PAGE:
3
\$\begingroup\$

As some of you might know I'm working my way through The C Programming Language as recommended by the "The Definitive C Book Guide and List" on StackOverflow.

I just finished my version of squeeze(s1, s2), a function to remove all occurrences of s2 in s1 and was hoping to get some feedback on my solutions.

This exercise is part of the second chapter (ex 2.4) so we haven't really gone through pointers and de-referencing yet. So basically all experience I have with the language is with using basic and primitive data types and the previous feedback I've received here!

All sort of feedback would be greatly appreciated; syntactical changes, algorithmic shortcomings etc. Just keep in mind that I just recently started out with the language!


Here is the code:

/*
    Exercise 2.4
    squeeze (s1, s2): Remove all characters of s2 in s1.
    INPUT : s1.length >= s2 > 0.
    OUTPUT: The rest of s1 after deleting all occurances of letters in s2.
*/

#include <stdio.h>

void squeeze (char s1[], const char *s2);  /* Returns (by-ref) the resulting string s1 after removing all occurences of s2. */
int toUpper(char c);                       /* Returns the numerical representation of a hexadecimal digit. */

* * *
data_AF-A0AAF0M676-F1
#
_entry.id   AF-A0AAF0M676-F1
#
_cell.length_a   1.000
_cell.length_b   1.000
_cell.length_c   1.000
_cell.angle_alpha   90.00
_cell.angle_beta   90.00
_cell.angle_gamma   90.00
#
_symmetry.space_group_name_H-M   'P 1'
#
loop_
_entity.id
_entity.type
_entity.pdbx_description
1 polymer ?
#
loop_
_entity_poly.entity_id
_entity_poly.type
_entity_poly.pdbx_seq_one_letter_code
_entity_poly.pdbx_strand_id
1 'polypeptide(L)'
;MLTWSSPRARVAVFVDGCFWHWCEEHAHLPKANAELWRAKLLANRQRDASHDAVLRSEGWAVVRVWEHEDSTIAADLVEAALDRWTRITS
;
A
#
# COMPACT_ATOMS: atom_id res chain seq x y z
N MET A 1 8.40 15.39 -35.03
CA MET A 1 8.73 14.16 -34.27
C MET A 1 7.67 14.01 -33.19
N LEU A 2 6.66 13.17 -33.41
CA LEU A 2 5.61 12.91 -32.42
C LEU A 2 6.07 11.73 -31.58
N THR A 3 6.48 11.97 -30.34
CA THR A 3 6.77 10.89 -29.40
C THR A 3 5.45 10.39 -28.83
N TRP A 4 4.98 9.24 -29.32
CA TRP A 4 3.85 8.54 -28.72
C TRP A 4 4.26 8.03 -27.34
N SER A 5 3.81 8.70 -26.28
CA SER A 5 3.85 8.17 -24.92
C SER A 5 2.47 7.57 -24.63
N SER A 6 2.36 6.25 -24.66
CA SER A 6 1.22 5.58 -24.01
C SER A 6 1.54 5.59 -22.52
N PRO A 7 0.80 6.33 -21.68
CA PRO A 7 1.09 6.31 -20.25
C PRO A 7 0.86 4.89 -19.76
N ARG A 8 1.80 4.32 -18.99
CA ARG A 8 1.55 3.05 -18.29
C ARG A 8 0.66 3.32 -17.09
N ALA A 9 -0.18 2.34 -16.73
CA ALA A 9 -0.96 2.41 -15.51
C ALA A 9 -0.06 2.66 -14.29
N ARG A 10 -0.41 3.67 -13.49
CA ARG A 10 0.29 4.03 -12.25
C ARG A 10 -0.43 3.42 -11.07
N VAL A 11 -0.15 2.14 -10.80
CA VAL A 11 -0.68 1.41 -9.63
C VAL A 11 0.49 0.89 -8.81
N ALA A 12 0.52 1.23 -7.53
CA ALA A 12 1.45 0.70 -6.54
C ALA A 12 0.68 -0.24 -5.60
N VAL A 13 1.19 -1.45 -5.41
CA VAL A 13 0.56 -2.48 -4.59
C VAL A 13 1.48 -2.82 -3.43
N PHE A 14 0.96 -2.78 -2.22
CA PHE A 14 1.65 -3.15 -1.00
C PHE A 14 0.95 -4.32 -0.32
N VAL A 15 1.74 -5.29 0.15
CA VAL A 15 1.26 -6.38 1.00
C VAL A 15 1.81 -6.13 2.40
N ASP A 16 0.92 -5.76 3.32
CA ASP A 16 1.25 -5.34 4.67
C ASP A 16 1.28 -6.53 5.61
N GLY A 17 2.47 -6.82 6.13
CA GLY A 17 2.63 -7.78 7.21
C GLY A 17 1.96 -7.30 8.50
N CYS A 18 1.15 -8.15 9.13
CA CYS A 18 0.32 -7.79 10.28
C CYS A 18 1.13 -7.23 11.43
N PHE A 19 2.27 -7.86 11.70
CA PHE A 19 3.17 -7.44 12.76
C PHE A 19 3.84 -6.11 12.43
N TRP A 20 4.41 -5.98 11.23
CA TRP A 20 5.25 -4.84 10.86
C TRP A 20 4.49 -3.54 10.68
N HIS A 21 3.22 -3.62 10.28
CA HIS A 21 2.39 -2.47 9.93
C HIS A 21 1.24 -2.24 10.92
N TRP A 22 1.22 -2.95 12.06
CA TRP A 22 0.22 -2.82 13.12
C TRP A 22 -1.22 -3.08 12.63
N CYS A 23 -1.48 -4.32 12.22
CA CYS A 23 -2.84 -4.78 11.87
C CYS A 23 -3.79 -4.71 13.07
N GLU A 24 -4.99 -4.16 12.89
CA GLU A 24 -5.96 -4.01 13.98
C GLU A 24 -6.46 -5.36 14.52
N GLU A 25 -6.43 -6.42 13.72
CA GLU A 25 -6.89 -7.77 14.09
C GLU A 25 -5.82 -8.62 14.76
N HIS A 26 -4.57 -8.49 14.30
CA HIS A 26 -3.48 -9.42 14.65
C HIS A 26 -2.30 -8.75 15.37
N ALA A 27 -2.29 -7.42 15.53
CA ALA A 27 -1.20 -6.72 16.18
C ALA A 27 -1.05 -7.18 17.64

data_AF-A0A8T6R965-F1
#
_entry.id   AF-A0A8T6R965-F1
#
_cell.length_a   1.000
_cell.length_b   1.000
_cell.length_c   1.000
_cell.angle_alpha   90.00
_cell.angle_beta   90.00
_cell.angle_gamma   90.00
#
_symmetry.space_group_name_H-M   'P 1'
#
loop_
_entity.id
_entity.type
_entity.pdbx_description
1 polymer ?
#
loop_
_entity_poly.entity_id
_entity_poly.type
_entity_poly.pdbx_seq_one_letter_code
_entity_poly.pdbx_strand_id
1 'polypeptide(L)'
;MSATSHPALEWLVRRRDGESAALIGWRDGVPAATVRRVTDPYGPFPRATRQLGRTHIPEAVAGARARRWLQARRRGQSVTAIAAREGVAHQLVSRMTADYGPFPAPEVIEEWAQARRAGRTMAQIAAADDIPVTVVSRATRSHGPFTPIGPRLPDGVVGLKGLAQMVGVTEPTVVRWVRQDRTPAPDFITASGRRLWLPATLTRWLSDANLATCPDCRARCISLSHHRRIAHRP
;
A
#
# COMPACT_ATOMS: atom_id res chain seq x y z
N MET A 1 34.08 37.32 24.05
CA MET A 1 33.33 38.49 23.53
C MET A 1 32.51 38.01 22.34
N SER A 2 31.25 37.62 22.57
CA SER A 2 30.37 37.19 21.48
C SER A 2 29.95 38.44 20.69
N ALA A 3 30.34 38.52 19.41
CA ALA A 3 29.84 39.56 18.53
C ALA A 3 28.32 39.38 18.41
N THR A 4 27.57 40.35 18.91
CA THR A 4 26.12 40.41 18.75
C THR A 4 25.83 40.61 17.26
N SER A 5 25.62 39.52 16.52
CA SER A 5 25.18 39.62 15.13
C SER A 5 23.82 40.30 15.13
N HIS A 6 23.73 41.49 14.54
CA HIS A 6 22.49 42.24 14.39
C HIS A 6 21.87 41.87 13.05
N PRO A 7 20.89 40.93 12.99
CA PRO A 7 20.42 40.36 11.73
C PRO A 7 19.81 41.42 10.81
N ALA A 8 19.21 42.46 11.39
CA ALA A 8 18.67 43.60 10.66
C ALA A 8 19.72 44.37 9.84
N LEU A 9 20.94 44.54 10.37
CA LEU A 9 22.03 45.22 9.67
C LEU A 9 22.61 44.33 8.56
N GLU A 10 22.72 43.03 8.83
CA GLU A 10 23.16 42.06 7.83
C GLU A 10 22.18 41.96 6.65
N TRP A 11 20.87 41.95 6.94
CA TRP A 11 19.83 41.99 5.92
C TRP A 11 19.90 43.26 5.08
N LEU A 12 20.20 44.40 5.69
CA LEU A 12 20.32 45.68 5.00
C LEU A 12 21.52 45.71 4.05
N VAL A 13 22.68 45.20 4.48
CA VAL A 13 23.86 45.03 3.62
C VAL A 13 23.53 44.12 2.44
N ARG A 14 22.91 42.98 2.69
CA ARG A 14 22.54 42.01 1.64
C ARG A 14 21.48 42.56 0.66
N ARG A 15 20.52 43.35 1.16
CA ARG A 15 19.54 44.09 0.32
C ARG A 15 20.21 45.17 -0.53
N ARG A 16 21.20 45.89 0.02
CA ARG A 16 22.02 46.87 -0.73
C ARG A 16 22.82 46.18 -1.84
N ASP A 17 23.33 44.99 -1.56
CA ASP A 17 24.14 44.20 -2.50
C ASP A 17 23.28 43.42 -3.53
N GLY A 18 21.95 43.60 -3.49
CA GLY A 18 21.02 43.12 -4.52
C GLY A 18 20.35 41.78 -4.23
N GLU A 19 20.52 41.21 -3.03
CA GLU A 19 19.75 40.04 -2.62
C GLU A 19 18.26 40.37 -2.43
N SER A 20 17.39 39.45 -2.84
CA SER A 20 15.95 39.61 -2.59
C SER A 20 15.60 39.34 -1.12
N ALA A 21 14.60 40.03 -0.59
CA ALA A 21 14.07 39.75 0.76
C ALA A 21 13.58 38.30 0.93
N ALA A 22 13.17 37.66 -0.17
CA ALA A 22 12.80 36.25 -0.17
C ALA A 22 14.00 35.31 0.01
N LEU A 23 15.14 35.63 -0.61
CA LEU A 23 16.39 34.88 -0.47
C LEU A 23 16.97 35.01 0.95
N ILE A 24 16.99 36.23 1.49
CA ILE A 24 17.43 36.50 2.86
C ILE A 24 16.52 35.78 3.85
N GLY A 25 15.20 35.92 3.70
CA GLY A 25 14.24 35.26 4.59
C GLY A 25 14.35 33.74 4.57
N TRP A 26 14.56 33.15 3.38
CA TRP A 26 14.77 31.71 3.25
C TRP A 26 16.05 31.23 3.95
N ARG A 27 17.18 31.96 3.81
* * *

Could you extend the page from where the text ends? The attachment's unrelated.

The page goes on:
int contains(char toCheck, const char *toRemove); /* Function to see if toRemove contains toCheck. */


int main () {
    char s1[] = "I am a test.\0";
    const char *s2 = "AE\0";
    printf("Before manipulation: %s\n", s1);
    squeeze(s1, s2);
    printf("After manipulation:  %s", s1);
}

/*
    Returns the (by-ref) resulting string s1 after removing all occurences
    of letters in s2.
*/

void squeeze (char s1[], const char *s2) {
    int index, left_shift;

    for (index = 0, left_shift = 0; s1[index] != '\0'; index++) {
        if (contains(s1[index], s2))
            continue;
        s1[left_shift] = s1[index];
        left_shift++;
    }
    s1[left_shift] = '\0';
}
/*
    Returns the upper-case representation of char c.
*/

int toUpper (char c) {
    if (c >= 'a' && c <= 'z')
        return c - 32;
    else
        return c;
}

/*
    Returns an indicator (integer) of if
    the string toRemove contains toCheck.
*/
int contains(char toCheck, const char *toRemove) {
    int index = 0, c = 0;

    while (toRemove[index] != '\0') {
        if ((c = toUpper(toCheck)) == toRemove[index]){
            return 1;
        }
        index++;
    }
    return 0;
}
\$\endgroup\$
  • \$\begingroup\$ Take a look at strpbrk() and strspn() which are useful for this task. \$\endgroup\$ – William Morris May 3 '17 at 20:55
  • \$\begingroup\$ Also, I don't see why there is any need to change case. The spec seems to say nothing about case-insensitivity. \$\endgroup\$ – William Morris May 3 '17 at 21:06
3
\$\begingroup\$

The code is relatively neat and appears to work properly, so you seem to be well on your way to mastering C. Here are some things that may help you on that road.

Strings are automatically terminated

The code currently includes these two lines:

char s1[] = "I am a test.\0";
const char *s2 = "AE\0";

However, the explicit '\0' at the end of these strings is not necessary. A C string is automatically terminated with an implicit '\0' character, so these lines would normally be written as: